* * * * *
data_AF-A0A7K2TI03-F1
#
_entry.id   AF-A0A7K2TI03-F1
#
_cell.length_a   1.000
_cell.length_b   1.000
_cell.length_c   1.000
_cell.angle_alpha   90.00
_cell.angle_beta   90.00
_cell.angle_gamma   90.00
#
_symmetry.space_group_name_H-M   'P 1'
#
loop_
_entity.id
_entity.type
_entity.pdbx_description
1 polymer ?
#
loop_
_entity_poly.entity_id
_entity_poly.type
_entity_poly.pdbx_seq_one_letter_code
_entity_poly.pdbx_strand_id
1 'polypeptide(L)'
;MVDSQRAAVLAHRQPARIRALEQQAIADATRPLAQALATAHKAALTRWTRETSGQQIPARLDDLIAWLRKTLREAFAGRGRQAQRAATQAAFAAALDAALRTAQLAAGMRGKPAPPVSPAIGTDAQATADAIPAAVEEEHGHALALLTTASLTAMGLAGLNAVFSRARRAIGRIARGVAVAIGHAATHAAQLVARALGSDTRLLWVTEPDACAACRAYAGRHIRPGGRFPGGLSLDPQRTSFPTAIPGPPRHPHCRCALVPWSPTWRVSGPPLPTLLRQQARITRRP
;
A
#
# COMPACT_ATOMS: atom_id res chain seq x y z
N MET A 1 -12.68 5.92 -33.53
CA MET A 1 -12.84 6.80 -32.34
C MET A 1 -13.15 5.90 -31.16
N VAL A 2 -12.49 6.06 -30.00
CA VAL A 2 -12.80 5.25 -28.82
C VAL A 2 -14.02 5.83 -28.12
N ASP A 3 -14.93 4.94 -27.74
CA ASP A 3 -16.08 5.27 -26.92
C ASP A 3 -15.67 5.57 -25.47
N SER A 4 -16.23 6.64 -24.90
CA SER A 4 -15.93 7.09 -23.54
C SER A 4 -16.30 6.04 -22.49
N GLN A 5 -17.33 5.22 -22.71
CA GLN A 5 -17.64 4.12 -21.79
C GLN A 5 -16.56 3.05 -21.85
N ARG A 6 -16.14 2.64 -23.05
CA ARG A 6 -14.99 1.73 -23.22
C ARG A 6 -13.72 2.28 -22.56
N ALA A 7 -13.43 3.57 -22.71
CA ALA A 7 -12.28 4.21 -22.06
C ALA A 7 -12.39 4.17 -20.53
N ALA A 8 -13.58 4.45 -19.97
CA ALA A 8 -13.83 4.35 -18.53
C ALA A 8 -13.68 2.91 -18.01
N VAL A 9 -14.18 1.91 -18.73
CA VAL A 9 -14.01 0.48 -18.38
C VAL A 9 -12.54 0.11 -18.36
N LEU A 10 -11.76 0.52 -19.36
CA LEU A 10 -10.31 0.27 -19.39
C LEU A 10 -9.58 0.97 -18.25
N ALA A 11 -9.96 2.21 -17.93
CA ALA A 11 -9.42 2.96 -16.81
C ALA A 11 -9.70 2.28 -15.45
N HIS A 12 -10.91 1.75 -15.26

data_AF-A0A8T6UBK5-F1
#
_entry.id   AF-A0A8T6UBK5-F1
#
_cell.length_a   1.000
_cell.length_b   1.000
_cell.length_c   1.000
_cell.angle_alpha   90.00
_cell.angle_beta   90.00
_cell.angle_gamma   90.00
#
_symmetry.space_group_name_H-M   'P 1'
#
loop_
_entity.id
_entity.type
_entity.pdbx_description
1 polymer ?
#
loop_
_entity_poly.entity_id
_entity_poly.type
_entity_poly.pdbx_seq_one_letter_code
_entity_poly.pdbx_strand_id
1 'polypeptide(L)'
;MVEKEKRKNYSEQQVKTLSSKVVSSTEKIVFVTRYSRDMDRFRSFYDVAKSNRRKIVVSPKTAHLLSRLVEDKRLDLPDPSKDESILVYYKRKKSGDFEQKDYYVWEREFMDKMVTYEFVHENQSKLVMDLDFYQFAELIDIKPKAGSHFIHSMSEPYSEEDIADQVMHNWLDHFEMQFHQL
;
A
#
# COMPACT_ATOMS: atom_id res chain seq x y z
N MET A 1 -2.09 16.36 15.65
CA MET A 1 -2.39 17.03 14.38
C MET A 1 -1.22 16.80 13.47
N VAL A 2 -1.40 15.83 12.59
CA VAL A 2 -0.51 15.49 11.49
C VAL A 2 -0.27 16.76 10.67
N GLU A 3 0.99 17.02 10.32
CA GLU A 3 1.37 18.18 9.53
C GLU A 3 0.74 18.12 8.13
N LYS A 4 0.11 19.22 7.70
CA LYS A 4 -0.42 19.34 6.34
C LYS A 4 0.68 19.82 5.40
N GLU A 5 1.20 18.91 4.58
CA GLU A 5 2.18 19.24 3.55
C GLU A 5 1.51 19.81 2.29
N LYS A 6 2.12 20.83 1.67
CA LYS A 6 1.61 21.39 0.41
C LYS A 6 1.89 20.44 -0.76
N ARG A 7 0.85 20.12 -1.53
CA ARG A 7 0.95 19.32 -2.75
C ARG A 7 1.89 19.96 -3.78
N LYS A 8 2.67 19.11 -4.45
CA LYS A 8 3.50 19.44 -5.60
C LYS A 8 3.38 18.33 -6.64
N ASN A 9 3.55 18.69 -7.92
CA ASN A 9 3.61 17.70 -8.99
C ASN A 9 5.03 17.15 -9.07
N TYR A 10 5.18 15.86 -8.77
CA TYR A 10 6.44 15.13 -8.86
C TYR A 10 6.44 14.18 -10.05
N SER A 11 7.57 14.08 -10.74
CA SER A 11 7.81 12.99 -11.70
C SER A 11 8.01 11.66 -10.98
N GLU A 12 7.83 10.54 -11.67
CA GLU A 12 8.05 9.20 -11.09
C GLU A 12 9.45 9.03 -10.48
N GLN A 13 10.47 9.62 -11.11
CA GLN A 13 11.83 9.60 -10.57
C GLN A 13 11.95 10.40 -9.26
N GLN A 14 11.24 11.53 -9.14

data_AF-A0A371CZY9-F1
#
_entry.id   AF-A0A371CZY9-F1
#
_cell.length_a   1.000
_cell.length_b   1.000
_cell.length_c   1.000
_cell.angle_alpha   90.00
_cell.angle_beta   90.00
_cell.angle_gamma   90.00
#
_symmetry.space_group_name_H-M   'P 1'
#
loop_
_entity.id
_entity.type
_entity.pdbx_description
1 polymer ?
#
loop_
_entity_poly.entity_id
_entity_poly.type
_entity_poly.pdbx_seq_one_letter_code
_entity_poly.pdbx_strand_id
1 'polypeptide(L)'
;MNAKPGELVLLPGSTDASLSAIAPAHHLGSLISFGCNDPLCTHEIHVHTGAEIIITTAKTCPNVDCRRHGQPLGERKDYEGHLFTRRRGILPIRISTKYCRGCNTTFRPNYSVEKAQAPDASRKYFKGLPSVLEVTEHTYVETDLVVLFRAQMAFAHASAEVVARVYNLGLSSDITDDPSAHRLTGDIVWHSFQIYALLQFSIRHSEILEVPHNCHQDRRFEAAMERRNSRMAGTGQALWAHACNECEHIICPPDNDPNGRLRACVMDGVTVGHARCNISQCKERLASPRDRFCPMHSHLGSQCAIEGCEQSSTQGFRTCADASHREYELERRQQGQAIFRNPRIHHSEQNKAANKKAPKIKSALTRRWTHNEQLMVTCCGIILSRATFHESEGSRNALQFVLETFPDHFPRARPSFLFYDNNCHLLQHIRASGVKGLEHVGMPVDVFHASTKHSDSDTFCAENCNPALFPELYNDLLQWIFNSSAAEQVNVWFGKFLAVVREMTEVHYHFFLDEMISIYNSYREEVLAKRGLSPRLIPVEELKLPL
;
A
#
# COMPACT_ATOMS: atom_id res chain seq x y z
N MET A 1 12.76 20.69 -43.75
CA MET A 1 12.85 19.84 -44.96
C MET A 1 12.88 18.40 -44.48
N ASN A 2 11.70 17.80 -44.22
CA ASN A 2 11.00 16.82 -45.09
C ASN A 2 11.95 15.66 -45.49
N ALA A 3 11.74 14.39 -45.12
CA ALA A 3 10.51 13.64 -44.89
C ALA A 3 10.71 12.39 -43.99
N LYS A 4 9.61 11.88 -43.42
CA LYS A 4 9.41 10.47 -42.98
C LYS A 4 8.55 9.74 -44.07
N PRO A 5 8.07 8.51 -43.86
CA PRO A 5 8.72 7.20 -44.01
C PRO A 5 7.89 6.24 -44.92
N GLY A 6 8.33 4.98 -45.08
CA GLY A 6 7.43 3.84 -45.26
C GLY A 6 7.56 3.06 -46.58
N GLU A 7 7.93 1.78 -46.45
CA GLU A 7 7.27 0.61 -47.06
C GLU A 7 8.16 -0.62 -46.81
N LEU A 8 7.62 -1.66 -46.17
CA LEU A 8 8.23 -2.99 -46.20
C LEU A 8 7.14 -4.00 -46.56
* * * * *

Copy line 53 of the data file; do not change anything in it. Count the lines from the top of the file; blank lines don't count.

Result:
CA ALA A 8 -13.83 4.35 -18.53